Center for Snow and Avalanche Studies - CSAS

CODOS WY 2013 Updates  >  McClure Pass

Location of McClure Pass CODOS SnowpitWater Year 2013 CODOS Summary for McClure Pass

Summary | Snowpack | Melt Rate | Stream Flows


Water Year 2013 entered late winter with dismal snowpack development at ten of eleven CODOS dust-on-snow monitoring sites, Willow Creek Pass being the single exception.  Through March 2013, snowpack SWE totals at all other sites resembled or even fell short of the very dry winter of WY 2012, raising concerns about back-to-back drought seasons.  That broadly consistent spatial pattern in scant precipitation began to diverge in April, 2013.  CODOS sites in the northern Front Range and Colorado River headwaters benefitted most from a series of April and May winter storms that augmented snowpacks and eventually resulted in average or even above average peak SWE levels on average or later-than-average dates.  In the southwestern mountains, fewer and/or smaller April/May storms failed to offset the dry beginning to WY2013 winter.  CODOS sites in the San Juan Mountains experienced, for the second year, substantially sub-par peak SWE values, on near-average dates.  In between, the Central Mountains, Grand Mesa, Park, and northern Gore ranges came closer to but still fell short of average snowpacks.  The McClure Pass CODOS site was among the latter sites, falling short of average peak SWE, in a ‘double peak’ straddling the average date of peak SWE, and only slightly exceeding peak SWE in WY 2012.  The nearby Schofield Pass Snotel, on the other hand, recorded a substantially higher peak SWE this season than in WY 2012, on a near-average date.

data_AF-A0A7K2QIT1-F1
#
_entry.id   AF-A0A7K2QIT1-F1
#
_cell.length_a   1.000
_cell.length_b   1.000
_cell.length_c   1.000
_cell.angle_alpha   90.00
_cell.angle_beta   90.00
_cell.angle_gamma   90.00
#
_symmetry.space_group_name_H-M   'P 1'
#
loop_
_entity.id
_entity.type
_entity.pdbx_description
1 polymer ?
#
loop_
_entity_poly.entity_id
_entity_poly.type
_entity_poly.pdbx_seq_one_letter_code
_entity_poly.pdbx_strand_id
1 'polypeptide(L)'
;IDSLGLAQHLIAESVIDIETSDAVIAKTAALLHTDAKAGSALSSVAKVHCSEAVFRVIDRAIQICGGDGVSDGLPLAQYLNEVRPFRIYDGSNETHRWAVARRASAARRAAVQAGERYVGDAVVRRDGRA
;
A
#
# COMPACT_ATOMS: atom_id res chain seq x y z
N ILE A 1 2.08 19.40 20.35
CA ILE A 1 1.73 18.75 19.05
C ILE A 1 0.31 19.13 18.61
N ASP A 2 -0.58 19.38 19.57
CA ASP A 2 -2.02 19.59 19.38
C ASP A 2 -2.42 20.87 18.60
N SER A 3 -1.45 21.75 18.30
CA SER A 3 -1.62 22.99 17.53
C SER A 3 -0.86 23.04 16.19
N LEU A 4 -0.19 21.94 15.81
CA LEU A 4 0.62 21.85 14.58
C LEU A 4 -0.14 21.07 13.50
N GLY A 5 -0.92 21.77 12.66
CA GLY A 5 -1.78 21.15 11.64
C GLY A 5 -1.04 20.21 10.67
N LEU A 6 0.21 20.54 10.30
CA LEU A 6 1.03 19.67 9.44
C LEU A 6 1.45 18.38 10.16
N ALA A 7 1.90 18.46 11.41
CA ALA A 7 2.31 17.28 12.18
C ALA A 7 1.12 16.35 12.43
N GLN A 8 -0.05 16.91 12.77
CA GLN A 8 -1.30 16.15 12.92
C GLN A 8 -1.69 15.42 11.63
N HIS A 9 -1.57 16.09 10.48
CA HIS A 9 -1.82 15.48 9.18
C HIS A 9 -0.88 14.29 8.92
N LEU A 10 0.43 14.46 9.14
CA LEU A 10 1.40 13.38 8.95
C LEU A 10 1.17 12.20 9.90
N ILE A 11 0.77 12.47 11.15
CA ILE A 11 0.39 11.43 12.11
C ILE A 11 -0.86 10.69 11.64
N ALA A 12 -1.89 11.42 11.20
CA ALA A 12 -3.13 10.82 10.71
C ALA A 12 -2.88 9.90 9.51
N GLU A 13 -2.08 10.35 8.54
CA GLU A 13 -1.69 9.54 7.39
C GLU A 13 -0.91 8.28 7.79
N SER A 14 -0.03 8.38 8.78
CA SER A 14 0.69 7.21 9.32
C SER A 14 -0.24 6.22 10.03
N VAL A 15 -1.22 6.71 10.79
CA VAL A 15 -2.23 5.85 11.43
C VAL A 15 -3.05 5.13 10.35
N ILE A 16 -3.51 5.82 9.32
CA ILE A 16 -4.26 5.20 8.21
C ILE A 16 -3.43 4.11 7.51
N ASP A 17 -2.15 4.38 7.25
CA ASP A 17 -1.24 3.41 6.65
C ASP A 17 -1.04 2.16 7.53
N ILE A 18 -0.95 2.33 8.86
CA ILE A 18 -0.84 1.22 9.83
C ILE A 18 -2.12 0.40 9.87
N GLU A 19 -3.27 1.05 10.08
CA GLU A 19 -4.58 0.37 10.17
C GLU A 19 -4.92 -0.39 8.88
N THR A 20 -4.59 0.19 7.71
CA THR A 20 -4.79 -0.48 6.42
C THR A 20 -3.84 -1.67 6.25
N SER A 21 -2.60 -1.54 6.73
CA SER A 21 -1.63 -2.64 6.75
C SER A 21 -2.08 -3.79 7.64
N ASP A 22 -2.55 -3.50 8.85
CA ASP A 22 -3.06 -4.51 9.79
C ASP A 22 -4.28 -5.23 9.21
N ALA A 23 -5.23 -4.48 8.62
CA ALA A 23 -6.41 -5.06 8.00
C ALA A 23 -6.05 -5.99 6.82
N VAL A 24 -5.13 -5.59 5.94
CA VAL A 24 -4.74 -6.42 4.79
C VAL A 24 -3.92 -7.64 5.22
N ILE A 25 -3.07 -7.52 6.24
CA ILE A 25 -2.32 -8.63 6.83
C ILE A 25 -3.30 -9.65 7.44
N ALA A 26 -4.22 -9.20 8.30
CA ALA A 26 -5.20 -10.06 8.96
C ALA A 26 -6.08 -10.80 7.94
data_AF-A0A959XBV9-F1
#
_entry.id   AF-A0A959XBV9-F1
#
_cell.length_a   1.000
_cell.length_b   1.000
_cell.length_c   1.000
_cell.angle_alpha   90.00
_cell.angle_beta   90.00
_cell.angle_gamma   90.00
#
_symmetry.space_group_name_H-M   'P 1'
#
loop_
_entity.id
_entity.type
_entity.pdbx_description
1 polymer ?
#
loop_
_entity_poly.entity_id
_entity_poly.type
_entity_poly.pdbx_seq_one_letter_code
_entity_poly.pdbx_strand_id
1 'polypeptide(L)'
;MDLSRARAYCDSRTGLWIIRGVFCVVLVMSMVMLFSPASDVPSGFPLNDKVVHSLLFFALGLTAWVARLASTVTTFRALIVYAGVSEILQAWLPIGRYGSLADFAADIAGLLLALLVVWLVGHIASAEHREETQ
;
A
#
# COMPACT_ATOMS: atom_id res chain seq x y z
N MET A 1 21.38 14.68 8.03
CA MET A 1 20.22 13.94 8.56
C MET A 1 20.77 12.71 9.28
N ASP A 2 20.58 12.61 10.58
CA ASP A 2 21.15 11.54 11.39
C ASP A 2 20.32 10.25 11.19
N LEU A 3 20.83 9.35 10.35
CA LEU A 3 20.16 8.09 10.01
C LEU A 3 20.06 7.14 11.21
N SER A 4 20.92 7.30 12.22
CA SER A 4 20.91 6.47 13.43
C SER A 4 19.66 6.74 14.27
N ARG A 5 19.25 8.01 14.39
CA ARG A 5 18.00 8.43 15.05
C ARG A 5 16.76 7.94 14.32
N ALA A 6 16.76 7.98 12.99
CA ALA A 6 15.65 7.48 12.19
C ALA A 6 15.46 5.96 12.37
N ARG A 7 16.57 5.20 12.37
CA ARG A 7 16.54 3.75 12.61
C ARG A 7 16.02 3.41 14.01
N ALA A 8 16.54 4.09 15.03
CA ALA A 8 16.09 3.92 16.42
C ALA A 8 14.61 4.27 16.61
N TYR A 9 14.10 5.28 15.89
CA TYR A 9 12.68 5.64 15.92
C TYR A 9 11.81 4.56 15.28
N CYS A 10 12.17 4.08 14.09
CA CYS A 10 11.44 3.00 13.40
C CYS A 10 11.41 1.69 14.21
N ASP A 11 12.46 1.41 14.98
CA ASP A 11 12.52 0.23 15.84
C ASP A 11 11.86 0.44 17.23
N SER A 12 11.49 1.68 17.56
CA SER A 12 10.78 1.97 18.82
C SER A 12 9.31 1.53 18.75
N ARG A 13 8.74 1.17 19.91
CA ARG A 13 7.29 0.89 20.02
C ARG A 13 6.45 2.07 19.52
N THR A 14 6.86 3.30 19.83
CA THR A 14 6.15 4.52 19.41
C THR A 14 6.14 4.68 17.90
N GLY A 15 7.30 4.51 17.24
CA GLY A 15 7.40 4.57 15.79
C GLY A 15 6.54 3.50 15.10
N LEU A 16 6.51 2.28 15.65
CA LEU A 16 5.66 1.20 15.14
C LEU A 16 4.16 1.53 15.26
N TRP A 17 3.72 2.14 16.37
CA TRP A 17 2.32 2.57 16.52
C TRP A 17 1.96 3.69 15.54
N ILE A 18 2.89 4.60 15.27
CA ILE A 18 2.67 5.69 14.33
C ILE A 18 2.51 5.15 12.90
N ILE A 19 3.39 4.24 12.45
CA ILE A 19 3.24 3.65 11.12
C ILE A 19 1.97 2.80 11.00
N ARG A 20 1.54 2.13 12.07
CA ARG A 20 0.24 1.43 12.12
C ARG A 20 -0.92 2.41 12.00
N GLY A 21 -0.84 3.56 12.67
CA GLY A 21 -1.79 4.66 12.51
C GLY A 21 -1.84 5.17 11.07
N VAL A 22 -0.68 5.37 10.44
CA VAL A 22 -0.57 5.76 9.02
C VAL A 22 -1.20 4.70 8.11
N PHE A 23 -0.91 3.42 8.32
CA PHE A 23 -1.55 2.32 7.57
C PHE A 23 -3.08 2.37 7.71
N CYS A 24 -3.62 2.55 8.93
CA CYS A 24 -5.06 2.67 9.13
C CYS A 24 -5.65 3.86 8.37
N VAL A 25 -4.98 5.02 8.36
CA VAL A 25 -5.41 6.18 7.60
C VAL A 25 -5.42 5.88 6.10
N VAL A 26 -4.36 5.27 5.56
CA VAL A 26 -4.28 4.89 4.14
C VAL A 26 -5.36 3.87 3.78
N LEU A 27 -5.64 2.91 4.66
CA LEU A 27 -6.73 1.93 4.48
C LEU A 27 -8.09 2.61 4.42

At the CSAS Senator Beck Basin Study Area at Red Mountain Pass, the primary CODOS monitoring site, WY2013 produced a total of ten separate dust-on-snow events, a lower total count than in the past three seasons.  However, the actual mass of dust deposited at Senator Beck Basin in WY 2013 was greater than in any prior season, including the “Martian Winter” of WY 2009.   Dust season began at Senator Beck Basin in November with a single event, February and March delivered four additional events, but the vast majority of dust deposition occurred during events D6 on April 8th and the long-duration D8 event of April 15-17.   As of late March, dust layers observed at Senator Beck Basin were either weak or not present at CODOS sites farther north and east, creating some hope that WY 2013 might be dust-free in parts of the state.  Then, dust events D6 and D8 spelled the end to that possibility with significant depositions statewide near the top of the snowpack.

As at all CODOS sites, dust layers D6 and D8 played the principal role in very significantly reducing snowcover albedo at McClure Pass, and in the Schofield Pass locale, as they became exposed, merged, and remained exposed.  Although dust-enhanced melt rates were sometimes high, periods of unsettled weather and fresh snowfalls frequently interrupted those periods of radiative forcing, slowing or reversing stream flow surging and more effectively prolonging the runoff cycle in the higher elevation, north-facing Crystal River watershed than in the lower elevation, southwest facing Muddy Creek watershed.